The Russian government wants to build its own internet. It plans to create an alternative to the Domain Name System, or DNS, which is the directory that allows internet-enabled devices to find and connect to websites. The expressed goal is to help guard against a “global internet malfunction,” but the Russian Security Council has raised concerns about the capabilities of Western powers to conduct cyberespionage and cyberwarfare. Given Russia plans to built this “alternet” for the so-called BRICS nations, Brazil, Russia, India, China, and South Africa, it is likely part of a strategy to perpetuate the Cold War divide, which was reignited by the Ukraine Crisis, and position Russia as a major global power.
In other words, Russia views the internet as a tool that empowers its Cold War rival, the United States. By seeking to reengineer the way the internet is accessed, Moscow hopes to enjoy the same perceived power. The Russian government also likely hopes to augment its massive propaganda machine by giving itself ultimate control over what information the Russian People and non-Western Peoples of the world can access. Instead of building an internet to enlighten and empower the Peoples of the world, Russia seeks to build an alternet capable of blinding the world’s population from Western knowledge and thought, which is a very appealing prospect for authoritarian governments like those of China and Iraq.
Ironically, the internet exists precisely to help the Peoples of the world transcend the information barriers erected by governments, powerful corporation, and affluent individuals. In recent years, the sheer volume of low-value information and circulated misinformation has undermined the ability of internet users to find and utilize the useful information available to them via the internet. Meanwhile, special internet lobbying against “net neutrality rules,” as well as the rogue surveillance and hacking activities of Western national security apparatuses, threatens to poison the World Wide Web. The internet and the technical minds behind it have, however, continuously sought to move beyond centralized government control.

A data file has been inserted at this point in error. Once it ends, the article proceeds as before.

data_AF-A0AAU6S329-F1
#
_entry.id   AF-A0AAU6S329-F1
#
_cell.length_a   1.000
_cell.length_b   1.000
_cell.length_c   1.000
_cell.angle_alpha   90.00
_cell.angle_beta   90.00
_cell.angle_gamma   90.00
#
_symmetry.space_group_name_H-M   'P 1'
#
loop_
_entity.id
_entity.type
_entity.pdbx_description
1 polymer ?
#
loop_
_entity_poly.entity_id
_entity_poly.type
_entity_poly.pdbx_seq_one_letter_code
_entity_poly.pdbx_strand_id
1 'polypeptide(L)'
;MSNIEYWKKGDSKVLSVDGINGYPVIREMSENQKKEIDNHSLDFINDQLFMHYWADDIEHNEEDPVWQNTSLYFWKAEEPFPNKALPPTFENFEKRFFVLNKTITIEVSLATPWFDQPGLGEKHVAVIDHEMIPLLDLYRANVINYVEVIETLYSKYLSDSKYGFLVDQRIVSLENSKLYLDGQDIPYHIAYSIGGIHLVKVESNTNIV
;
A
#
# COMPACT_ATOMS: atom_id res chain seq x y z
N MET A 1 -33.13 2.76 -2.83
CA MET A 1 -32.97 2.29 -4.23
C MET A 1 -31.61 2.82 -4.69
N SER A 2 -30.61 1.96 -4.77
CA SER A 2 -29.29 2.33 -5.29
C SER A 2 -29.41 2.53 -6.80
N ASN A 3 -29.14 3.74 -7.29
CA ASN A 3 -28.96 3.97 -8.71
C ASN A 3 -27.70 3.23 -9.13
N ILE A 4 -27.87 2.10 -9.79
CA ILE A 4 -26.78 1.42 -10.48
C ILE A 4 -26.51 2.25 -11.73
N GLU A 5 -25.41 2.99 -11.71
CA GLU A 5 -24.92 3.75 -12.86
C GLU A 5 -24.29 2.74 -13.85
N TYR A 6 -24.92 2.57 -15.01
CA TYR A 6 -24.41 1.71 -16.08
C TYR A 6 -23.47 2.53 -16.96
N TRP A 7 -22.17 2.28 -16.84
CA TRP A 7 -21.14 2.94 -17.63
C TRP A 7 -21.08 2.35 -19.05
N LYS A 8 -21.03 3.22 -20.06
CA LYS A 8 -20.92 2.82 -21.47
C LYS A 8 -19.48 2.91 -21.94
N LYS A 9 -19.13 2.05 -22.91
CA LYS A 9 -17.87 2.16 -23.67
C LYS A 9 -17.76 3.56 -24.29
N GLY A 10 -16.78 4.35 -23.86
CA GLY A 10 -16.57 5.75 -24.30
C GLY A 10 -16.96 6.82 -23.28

Russia’s efforts to create an alternet is a brazen example of a government trying to seize control of the globe’s cyber infrastructure. It is precisely the opposite of what the world needs or want. Today, cryptocurrencies enjoy massive popularity, despite the fundamental flaws of their concept, because the people supporting them want to decentralize control of the economy and break the power of highly influential governments, such as the US government. Russia’s effort to create an alternet is an example of government trying to transfer control, or at least perceived control, over the internet from one government to another. It is an effort to concentrate power into the hands of Russian officials by stoking fears of Western invasion.
Moreover, Russia’s attempt to create an alternet will likely falter due to a number of technical hurdles or suffer years to decades worth of delays as Russia struggles to propagate products that utilize its DNS alternative. Even if successful, the simple truth is that it would offer adopters no actual security benefits from powerful actors. Well-funded and well-equipped Western national security agencies would simply use the Russian alternative to attack rival adopters. While there are concerns that Russia’s adoption of a DNS alternative would help immunize adopters from a global disruption and encourage such an attack, Russia’s attempts to isolate its internet would make it a far more tempting target by removing the risk of collateral damage. If the concern is the ability of the Westerners to hack Russian systems, concentrating power into the hand of Russian officials is the worst solution. Like cryptocurrencies, the most effective solution is one that seeks to prevent government control of cyber infrastructure.
Read old posts